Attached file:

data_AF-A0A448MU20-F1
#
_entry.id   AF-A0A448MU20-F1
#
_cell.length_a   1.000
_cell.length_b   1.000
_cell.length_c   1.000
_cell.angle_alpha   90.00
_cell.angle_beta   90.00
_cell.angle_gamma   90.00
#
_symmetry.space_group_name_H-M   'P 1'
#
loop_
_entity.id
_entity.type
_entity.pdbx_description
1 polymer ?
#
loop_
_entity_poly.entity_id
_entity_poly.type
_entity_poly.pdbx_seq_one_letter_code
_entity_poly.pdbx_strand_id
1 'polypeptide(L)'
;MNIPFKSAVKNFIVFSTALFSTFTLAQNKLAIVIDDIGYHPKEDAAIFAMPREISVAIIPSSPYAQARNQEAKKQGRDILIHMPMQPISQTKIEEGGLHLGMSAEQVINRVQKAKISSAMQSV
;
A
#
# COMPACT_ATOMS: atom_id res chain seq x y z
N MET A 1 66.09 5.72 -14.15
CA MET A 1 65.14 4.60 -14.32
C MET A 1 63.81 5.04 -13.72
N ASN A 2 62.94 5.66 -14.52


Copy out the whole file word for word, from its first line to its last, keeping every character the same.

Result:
data_AF-A0A448MU20-F1
#
_entry.id   AF-A0A448MU20-F1
#
_cell.length_a   1.000
_cell.length_b   1.000
_cell.length_c   1.000
_cell.angle_alpha   90.00
_cell.angle_beta   90.00
_cell.angle_gamma   90.00
#
_symmetry.space_group_name_H-M   'P 1'
#
loop_
_entity.id
_entity.type
_entity.pdbx_description
1 polymer ?
#
loop_
_entity_poly.entity_id
_entity_poly.type
_entity_poly.pdbx_seq_one_letter_code
_entity_poly.pdbx_strand_id
1 'polypeptide(L)'
;MNIPFKSAVKNFIVFSTALFSTFTLAQNKLAIVIDDIGYHPKEDAAIFAMPREISVAIIPSSPYAQARNQEAKKQGRDILIHMPMQPISQTKIEEGGLHLGMSAEQVINRVQKAKISSAMQSV
;
A
#
# COMPACT_ATOMS: atom_id res chain seq x y z
N MET A 1 66.09 5.72 -14.15
CA MET A 1 65.14 4.60 -14.32
C MET A 1 63.81 5.04 -13.72
N ASN A 2 62.94 5.66 -14.52